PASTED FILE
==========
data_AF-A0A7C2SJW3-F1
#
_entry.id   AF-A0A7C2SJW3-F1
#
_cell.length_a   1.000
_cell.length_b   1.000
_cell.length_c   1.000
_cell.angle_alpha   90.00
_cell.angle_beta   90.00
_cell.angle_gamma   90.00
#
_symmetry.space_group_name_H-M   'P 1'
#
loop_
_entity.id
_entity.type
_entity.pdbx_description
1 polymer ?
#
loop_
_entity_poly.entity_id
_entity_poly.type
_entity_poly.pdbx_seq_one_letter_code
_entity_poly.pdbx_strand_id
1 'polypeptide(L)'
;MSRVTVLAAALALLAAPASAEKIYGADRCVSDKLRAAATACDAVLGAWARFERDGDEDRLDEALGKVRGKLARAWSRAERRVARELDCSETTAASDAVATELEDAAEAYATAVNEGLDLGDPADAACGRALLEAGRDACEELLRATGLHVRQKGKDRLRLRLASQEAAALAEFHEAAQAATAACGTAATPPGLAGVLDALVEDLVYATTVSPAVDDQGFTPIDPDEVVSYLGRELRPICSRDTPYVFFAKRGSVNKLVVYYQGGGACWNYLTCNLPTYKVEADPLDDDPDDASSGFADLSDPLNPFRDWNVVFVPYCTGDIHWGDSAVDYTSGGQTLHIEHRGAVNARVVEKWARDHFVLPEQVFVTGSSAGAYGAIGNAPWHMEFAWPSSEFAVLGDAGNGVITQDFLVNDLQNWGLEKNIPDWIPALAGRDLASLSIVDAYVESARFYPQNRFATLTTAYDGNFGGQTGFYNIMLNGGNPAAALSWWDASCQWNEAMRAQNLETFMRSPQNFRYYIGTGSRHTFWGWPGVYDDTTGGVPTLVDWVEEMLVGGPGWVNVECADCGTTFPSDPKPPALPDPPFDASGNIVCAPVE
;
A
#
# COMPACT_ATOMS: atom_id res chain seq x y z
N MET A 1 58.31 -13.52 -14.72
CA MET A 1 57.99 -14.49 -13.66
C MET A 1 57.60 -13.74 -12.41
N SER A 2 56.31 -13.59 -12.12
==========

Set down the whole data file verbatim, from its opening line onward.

data_AF-A0A7C2SJW3-F1
#
_entry.id   AF-A0A7C2SJW3-F1
#
_cell.length_a   1.000
_cell.length_b   1.000
_cell.length_c   1.000
_cell.angle_alpha   90.00
_cell.angle_beta   90.00
_cell.angle_gamma   90.00
#
_symmetry.space_group_name_H-M   'P 1'
#
loop_
_entity.id
_entity.type
_entity.pdbx_description
1 polymer ?
#
loop_
_entity_poly.entity_id
_entity_poly.type
_entity_poly.pdbx_seq_one_letter_code
_entity_poly.pdbx_strand_id
1 'polypeptide(L)'
;MSRVTVLAAALALLAAPASAEKIYGADRCVSDKLRAAATACDAVLGAWARFERDGDEDRLDEALGKVRGKLARAWSRAERRVARELDCSETTAASDAVATELEDAAEAYATAVNEGLDLGDPADAACGRALLEAGRDACEELLRATGLHVRQKGKDRLRLRLASQEAAALAEFHEAAQAATAACGTAATPPGLAGVLDALVEDLVYATTVSPAVDDQGFTPIDPDEVVSYLGRELRPICSRDTPYVFFAKRGSVNKLVVYYQGGGACWNYLTCNLPTYKVEADPLDDDPDDASSGFADLSDPLNPFRDWNVVFVPYCTGDIHWGDSAVDYTSGGQTLHIEHRGAVNARVVEKWARDHFVLPEQVFVTGSSAGAYGAIGNAPWHMEFAWPSSEFAVLGDAGNGVITQDFLVNDLQNWGLEKNIPDWIPALAGRDLASLSIVDAYVESARFYPQNRFATLTTAYDGNFGGQTGFYNIMLNGGNPAAALSWWDASCQWNEAMRAQNLETFMRSPQNFRYYIGTGSRHTFWGWPGVYDDTTGGVPTLVDWVEEMLVGGPGWVNVECADCGTTFPSDPKPPALPDPPFDASGNIVCAPVE
;
A
#
# COMPACT_ATOMS: atom_id res chain seq x y z
N MET A 1 58.31 -13.52 -14.72
CA MET A 1 57.99 -14.49 -13.66
C MET A 1 57.60 -13.74 -12.41
N SER A 2 56.31 -13.59 -12.12